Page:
Such an epistemic center (epistemic because it relies on knowledge) has to be what we often refer to as culture. In Cultural Synergy in Information Institutions I wrote (Smiraglia 2014a, 1):

Cultural forces govern the synergistic relationship among information institutions and thus [shape] their roles collectively and individually. Synergy is that combination of forces whose power is greater than the individual power of its constituent elements. Culture is that base of knowledge that is common to any particular group of people, such that it shapes their perception as well as their behavior as a group and as members of that group. Cultural synergy, then, is the combination of perception- and behavior-shaping knowledge within, between, and among groups that contributes to the now realized virtual reality of a common information-sharing interface among information institutions.

Culture then, such as it is, must be the ethos of an epistemic center. If so, it must necessarily be a dynamic space, much like Peirceian semiotic space (see Smiraglia 2014b, 23-26), in which a constant process of synthesis on the part of individuals and groups sweeps experience for perceptual understanding arriving momentarily simultaneously on overlapping ontologies of concepts. (By ontology of a concept I mean its definitive boundaries, and the factors that determine what is or is not an exemplar.) Such a dynamism is the combination of semiosis with noesis.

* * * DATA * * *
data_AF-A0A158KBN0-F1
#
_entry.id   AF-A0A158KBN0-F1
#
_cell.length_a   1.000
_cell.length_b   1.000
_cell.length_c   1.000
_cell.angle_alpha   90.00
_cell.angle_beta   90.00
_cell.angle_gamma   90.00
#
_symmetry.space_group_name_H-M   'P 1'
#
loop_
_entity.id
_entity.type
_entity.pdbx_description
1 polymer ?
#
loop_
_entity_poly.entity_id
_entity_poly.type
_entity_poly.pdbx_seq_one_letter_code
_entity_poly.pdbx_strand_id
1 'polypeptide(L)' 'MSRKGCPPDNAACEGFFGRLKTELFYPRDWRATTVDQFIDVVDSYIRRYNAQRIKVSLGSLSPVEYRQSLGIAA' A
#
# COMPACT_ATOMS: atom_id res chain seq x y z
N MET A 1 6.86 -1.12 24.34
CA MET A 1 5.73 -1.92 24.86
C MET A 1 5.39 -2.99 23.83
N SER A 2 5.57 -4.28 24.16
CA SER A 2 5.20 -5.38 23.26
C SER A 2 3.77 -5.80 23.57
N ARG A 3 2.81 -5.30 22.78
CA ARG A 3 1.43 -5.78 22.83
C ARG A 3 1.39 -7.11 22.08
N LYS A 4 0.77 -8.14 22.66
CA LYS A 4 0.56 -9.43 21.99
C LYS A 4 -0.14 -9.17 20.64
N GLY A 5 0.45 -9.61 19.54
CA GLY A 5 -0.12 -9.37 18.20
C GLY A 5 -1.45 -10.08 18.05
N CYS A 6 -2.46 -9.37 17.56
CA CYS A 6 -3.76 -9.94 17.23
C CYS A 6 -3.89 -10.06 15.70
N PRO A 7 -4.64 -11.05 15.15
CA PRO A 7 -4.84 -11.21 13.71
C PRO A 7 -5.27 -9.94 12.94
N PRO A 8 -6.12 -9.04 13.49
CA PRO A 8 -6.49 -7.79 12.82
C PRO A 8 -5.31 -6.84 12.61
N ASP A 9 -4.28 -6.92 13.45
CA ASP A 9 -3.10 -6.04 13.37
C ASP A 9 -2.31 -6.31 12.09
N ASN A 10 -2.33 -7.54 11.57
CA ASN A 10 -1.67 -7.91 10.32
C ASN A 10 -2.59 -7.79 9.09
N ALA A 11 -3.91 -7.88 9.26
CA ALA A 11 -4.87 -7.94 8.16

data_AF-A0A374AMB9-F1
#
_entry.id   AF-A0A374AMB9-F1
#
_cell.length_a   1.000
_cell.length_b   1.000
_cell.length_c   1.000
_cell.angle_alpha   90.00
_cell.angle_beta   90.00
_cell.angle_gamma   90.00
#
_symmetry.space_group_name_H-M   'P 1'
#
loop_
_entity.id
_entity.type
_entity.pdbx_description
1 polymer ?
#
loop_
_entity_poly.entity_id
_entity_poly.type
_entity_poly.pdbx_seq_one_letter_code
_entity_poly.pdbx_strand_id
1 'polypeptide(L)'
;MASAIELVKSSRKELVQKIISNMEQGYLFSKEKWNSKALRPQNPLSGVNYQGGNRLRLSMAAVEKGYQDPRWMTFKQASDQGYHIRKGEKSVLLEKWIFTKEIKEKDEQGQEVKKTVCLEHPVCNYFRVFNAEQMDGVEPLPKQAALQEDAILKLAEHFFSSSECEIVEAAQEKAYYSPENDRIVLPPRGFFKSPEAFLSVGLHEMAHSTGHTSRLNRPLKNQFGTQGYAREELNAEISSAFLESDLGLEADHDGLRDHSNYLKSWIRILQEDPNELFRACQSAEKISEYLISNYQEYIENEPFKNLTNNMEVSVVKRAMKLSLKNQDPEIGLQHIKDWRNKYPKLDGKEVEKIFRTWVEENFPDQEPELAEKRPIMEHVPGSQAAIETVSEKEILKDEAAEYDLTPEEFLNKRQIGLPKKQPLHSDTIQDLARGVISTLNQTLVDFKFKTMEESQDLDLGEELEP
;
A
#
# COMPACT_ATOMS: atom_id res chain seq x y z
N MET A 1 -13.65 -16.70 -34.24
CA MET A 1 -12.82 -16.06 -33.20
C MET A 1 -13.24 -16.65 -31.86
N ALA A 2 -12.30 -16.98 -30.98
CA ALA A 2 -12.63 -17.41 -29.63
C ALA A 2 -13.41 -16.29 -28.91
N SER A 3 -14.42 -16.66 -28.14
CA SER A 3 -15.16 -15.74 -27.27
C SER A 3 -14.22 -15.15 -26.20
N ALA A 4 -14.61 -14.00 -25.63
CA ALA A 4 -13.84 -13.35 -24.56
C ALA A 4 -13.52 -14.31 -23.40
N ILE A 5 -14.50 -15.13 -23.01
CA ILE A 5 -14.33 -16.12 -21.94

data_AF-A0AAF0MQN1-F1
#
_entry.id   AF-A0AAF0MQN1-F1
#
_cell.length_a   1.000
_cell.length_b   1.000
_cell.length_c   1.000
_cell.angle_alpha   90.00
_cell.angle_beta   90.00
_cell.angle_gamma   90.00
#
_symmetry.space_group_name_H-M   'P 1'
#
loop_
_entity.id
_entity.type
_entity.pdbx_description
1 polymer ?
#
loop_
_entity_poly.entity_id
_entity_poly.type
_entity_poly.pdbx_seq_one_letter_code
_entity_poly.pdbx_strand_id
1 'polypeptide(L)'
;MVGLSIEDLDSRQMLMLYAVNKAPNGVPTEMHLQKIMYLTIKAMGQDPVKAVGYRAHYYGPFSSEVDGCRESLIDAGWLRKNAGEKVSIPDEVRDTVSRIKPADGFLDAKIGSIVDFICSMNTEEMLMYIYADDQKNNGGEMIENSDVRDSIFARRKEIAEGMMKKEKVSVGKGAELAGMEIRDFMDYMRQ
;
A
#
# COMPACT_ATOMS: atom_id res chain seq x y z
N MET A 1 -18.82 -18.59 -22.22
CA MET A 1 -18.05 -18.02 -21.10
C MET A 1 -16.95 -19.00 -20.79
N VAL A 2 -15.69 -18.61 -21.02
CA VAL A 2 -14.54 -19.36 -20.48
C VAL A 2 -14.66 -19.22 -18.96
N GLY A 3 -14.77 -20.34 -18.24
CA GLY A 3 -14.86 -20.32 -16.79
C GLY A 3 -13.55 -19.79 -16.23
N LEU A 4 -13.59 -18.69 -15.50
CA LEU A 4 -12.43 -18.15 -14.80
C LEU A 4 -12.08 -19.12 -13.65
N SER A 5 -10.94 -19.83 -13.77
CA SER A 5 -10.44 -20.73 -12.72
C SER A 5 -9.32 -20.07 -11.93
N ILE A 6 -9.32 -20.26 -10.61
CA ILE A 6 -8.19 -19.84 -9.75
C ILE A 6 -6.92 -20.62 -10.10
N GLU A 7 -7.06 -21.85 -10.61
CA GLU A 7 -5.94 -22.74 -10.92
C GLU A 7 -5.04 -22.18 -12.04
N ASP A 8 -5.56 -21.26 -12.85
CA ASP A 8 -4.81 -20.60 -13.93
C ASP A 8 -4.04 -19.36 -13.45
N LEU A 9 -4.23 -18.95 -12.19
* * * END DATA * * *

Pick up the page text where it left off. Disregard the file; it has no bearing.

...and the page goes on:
The epistemic center must be the space in the universe of knowledge where perception takes place, leading to signs and concepts, the combination of which constitute works, which in turn constitute taxons, which constitute canons that represent cultures (see Smiraglia and van den Heuvel 2013, 374). The epistemic center (or any epistemic center) is the working place from which knowledge organization arises; it is the foundry where Paul Otlet’s grinder chugs away rearranging perceived knowledge into newly discoverable clusters (378). Culture, in all of its meanings, defines the boundaries of epistemic center. Ontological boundaries must therefore be constantly shifting (this we know already from common sense and more recently, empirically from ontogenetic studies of KO).

 

References

Martínez-Ávila, Daniel. 2015. “Global and Local Knowledge Organization, Copenhagen, August 12, 2015. Knowledge Organization 42: 470-3.

Smiraglia, Richard P. 2014a. Cultural Synergy in Information Institutions. New York: Springer.

Smiraglia, Richard P. 2014b. The Elements of Knowledge Organization.  Cham: Springer.

Smiraglia, Richard P. and Charles van den Heuvel. 2013. “Classifications and Concepts: Towards an Elementary Theory of Knowledge Interaction.” Journal of Documentation 69: 360-83.

Posted October 23, 2016 by lazykoblog in epistemology, phenomenology